Adding notes to their personal medical charts—a task typically handled only by medical professionals—may help patients feel more involved with their care and improve relationships with their doctors, a study has found.
In research published in the Annals of Internal Medicine, doctors at University of California, Los Angeles (UCLA) Health and Beth Israel Deaconess Medical Center found that patients could benefit if they are invited to co-produce medical notes, called OurNotes, with their doctors, rather than merely reading them.
The growing OpenNotes movement allows doctors to share visit notes with patients, who may then contribute to their own medical records via OurNotes—adding material such as symptoms or medical issues they experienced since their last visit, along with goals for upcoming visits.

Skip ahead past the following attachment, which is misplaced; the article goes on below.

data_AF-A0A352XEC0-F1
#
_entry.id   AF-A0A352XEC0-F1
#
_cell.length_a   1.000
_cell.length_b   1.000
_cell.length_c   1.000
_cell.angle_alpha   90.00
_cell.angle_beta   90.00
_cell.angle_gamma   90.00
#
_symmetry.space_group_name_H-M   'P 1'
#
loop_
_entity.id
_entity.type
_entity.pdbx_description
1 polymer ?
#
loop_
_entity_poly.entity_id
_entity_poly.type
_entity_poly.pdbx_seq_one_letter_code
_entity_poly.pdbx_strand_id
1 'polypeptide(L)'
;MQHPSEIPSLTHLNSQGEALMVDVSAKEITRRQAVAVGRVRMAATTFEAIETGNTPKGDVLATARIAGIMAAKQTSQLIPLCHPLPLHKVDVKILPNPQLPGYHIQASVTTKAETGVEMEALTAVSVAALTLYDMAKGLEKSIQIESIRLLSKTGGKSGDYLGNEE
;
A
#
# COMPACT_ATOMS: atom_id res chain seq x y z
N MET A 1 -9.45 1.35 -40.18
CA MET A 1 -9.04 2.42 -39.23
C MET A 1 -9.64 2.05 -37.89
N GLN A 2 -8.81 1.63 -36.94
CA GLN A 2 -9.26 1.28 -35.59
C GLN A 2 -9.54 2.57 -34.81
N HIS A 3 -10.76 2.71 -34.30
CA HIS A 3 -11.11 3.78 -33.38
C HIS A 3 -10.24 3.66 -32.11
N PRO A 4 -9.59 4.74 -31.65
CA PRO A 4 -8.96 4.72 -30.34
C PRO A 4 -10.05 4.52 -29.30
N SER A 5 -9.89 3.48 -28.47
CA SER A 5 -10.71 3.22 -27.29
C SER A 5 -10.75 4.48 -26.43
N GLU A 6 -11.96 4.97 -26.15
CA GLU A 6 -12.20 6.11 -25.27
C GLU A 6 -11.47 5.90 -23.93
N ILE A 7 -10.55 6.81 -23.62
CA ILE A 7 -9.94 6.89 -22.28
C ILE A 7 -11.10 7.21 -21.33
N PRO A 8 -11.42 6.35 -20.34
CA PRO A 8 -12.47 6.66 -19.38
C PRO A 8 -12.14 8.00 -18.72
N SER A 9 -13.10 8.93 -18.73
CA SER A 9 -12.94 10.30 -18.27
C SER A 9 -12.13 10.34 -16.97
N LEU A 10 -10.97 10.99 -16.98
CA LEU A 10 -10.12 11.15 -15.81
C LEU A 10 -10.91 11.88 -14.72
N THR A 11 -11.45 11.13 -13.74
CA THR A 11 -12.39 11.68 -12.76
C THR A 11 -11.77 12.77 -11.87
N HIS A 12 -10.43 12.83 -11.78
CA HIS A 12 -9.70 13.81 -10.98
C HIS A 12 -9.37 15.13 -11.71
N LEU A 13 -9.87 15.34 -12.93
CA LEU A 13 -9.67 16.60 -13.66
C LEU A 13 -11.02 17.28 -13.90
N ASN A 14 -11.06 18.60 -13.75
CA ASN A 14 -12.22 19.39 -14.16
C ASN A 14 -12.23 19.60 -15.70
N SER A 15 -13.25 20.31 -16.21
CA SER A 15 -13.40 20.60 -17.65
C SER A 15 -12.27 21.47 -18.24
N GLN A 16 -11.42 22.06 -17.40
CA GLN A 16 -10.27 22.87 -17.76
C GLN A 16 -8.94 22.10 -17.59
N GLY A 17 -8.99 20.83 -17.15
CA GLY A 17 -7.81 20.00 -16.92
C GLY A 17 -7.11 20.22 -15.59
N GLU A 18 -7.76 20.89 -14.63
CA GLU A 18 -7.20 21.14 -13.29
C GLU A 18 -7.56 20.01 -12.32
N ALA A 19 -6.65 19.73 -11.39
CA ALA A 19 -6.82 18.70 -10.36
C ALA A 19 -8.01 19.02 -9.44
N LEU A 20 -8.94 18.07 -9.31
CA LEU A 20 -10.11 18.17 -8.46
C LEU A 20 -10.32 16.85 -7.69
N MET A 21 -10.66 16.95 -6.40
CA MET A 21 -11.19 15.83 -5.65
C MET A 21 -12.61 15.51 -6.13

“If executed thoughtfully, OurNotes has the potential to reduce documentation demands on clinicians, while having both the patient and clinician focusing on what’s most important to the patient,” said lead author John Mafi, MD, MPH, assistant professor of medicine in the division of general internal medicine and health services research at the David Geffen School of Medicine at UCLA.
The concept is being tested to ensure that it will benefit patients and providers while not increasing providers’ workloads or disrupting workflow.
This article was adapted from information provided by UCLAHealth Sciences.